More than 100 police officers in St. Louis and Philadelphia are now either on an "exclusion list" or have been placed on administrative duty while they are being investigated for offensive social media posts.
St. Louis’ top prosecutor added 22 names Tuesday to the list of officers banned from bringing cases to her office after a national research group accused them of racist and anti-Muslim posts on social media.
The 22 new names bring the total number of officers on Circuit Attorney Kimberly Gardner's "exclusion list" to 59, roughly 5 percent of the department’s force of 1,189 commissioned officers. Only 22 of the 59 are on the list because of offensive posts.
Gardner sent a letter to Public Safety Director Jimmie Edwards and St. Louis Police Chief John Hayden on Tuesday informing them of the changes, indicating seven of the 22 officers are “permanently banned" from presenting cases for warrants. Cases currently under review, in which they are an essential witness, will be refused, Gardner said in a news release Tuesday. The other 15 will be reviewed to consider conditions of reinstatement.
"When a police officer's integrity is compromised in this manner, it compromises the entire criminal justice system and our overall ability to pursue justice," Gardner said in the release. "After careful examination of the underlying bias contained in those social media posts, we have concluded that this bias would likely influence an officer's ability to perform his or her duties in an unbiased manner."
The public safety director did not return a request for comment. The police chief's office declined comment, citing an ongoing investigation.
Jeff Roorda, business manager for the St. Louis Police Officer's Association, said Gardner's announcement is "nothing more than a grand distraction."
"The city adopted a social media policy in September 2018 and all these posts predate that," Roorda told NBC News in a phone interview Wednesday, adding that many posts precede the officers' employment with the department.
Roorda said the 22 newly added officers are being investigated for conduct unbecoming and that three of the 59 have been put on administrative duty by the police chief.
The announcement follows the disclosure this month by the Plain View Project, which studied thousands of Facebook posts from several jurisdictions around the country, including St. Louis and Philadelphia, as part of an initiative that began in 2017.
The group’s database surveyed more than 5,000 Facebook posts from 3,500 Facebook accounts of current and former officers in eight departments.
Forty-three of the 3,500 accounts viewed by the Plain View Project are tied to St. Louis. Twenty-two of those involve current officers, and 21 of them are former officers.
Some of the posts mock Muslims and Islam. Others display the Confederate flag and question whether Black History Month and the Black Lives Matter movement are racist.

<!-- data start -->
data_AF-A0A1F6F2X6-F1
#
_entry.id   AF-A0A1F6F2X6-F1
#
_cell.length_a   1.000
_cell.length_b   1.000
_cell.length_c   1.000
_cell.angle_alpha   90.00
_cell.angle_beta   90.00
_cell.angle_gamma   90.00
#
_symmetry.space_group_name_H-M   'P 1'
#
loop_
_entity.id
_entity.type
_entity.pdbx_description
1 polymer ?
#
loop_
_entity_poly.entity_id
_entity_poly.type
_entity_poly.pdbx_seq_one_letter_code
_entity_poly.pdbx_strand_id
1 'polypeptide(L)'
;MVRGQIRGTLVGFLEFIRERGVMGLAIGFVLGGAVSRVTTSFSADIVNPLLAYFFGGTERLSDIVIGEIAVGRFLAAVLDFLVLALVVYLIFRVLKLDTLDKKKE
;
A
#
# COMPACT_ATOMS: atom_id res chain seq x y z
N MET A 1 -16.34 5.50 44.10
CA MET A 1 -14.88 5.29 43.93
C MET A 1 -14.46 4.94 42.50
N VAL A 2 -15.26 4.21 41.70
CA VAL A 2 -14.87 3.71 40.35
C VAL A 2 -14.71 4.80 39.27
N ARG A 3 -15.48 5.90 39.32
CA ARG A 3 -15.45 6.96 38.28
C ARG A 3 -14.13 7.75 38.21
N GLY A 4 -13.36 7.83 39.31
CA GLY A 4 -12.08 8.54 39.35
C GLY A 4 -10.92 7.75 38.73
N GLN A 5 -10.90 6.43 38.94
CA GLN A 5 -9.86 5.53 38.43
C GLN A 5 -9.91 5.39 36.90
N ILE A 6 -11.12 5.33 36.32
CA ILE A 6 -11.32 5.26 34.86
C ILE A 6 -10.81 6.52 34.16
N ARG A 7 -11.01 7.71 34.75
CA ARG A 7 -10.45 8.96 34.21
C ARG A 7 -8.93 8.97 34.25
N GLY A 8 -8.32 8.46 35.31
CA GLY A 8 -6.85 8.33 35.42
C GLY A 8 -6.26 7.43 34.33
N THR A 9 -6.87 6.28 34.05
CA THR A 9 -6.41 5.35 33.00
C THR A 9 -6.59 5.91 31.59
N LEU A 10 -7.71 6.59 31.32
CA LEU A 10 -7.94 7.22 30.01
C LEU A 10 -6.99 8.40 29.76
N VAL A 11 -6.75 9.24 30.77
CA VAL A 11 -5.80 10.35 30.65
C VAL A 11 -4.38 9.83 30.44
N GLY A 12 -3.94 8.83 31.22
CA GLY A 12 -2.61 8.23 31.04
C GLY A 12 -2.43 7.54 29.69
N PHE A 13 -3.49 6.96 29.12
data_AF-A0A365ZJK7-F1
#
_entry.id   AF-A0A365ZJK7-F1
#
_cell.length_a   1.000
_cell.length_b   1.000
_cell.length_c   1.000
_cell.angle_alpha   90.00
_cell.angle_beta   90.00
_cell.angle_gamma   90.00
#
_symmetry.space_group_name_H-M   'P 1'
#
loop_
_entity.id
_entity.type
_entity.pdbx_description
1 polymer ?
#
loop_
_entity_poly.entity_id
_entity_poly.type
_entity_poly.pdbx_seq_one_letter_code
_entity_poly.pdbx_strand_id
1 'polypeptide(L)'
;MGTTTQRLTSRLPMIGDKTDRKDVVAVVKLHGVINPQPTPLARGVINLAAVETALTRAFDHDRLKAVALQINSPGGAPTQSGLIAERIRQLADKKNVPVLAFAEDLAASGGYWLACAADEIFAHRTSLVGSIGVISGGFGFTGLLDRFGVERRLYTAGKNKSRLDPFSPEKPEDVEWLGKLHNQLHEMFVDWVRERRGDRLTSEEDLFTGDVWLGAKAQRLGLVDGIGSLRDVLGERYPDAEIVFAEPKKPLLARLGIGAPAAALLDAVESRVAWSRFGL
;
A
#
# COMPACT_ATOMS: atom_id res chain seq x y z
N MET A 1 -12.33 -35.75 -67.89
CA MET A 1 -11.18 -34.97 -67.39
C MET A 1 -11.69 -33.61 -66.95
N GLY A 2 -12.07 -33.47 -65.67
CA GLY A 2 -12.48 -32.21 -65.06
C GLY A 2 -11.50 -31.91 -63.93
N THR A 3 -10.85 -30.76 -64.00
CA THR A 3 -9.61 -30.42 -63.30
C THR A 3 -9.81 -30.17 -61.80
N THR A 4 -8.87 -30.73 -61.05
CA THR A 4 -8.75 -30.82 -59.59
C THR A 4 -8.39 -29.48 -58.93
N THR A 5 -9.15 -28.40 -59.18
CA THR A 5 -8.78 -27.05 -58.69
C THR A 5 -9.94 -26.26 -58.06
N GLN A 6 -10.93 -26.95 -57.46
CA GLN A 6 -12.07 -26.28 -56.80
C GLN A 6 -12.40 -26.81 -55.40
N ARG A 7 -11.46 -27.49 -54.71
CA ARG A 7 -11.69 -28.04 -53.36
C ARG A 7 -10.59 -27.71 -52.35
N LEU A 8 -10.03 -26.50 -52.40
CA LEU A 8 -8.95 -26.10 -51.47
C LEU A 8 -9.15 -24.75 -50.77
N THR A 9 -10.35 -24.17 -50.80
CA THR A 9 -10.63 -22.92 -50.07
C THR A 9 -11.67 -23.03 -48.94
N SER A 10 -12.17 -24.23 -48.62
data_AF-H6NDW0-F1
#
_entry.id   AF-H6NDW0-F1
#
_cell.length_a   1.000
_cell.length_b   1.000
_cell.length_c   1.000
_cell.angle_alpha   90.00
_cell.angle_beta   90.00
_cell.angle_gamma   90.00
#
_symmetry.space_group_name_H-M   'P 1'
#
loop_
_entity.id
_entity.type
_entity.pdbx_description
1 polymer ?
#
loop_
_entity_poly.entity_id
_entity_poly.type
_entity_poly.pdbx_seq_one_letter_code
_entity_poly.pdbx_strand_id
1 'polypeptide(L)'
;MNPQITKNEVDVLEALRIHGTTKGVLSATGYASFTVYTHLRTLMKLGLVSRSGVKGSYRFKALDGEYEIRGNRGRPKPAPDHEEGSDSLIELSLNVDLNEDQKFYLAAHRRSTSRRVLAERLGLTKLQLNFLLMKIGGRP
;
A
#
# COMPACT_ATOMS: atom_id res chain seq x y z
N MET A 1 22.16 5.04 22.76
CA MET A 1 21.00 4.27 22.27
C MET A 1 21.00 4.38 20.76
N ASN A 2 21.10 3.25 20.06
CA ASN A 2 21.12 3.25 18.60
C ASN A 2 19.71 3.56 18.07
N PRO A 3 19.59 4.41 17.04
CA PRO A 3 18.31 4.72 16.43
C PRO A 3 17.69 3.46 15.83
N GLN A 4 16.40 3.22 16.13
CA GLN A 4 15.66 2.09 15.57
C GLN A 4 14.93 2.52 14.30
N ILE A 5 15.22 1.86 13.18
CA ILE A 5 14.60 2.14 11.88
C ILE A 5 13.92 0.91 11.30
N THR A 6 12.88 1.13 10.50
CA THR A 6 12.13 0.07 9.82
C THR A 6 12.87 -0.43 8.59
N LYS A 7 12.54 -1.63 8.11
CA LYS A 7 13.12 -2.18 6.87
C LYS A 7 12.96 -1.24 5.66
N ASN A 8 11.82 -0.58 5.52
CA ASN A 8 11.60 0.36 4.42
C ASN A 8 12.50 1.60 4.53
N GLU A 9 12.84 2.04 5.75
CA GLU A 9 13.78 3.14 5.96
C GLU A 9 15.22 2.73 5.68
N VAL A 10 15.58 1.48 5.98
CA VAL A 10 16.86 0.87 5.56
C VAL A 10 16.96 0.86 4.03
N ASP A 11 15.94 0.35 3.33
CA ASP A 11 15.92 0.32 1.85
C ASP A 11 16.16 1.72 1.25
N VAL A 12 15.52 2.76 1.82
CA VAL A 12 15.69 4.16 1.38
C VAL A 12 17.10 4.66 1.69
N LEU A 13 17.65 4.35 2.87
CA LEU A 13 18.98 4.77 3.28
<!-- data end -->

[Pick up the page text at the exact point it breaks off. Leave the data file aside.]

In her letter to the public safety director and police chief, Gardner said that many of the social media statements and viewpoints of these current and retired officers "are shocking and beneath the dignity of someone who holds such a powerful position, especially those comments that advocate violence."
"While the St. Louis Metropolitan Police Department may be limited in their actions due to its labor agreements, the Circuit Attorney’s Office has no such privity with those contracts," Gardner said.
In Philadelphia, Police Commissioner Richard Ross said Wednesday that 72 officers have been placed on administrative duty as a result of an initial investigation into offensive social media content. Earlier this month, 10 Philadelphia cops were placed on administrative duty as internal affairs investigated whether any of their posted content violated the department's social media policy, which states, in part, employees “are prohibited from using ethnic slurs, profanity, personal insults; material that is harassing, defamatory, fraudulent, or discriminatory.”
“We are trying to deal with some of the worst postings first,” Ross said at a news conference. "Internal affairs has identified and prioritized the posts clearly advocating violence or death against any protected class, such as ethnicity, national origins, sex, religion and race."
Ross said the investigation into the 3,100-plus questionable posts would be conducted in stages by the Philadelphia Police Department's internal affairs bureau and a local law firm hired by the city.
The law firm will evaluate each post to determine whether it is constitutionally protected, he said.
“If the speech is protected, no further action will be taken,” Ross said. “If the speech is not protected by the First Amendment, there will be discipline."
He also expressed disappointment.
“We’ve talked about from the outset how disturbing, how disappointing and upsetting these posts are and how they will undeniably impact police-community relations," Ross said. "We’re not naïve to the fact and nor are we dismissive of it."
Chris Burbank, vice president of strategic partnerships for the Center for Policing Equity, a research organization in New York City, said police chiefs have a responsibility to protect the integrity of the profession against the damage that could come from some officers' poor behavior.
"There are good officers who are not engaging in that behavior and are valuable members of the community," Burbank, a former police chief in Salt Lake City, said. "By turning a blind eye, you are eroding the trust in the good people who do not engage in that behavior."
Burbank also said police officers should be held to a higher standard than the public and that biased or offensive social media posts can call into question an officer's ability to be impartial.
"It may well be protected speech. They have a right to say that," Burbank said of officers' social media posts. "But it does not entitle you to say whatever you want and be a police officer. "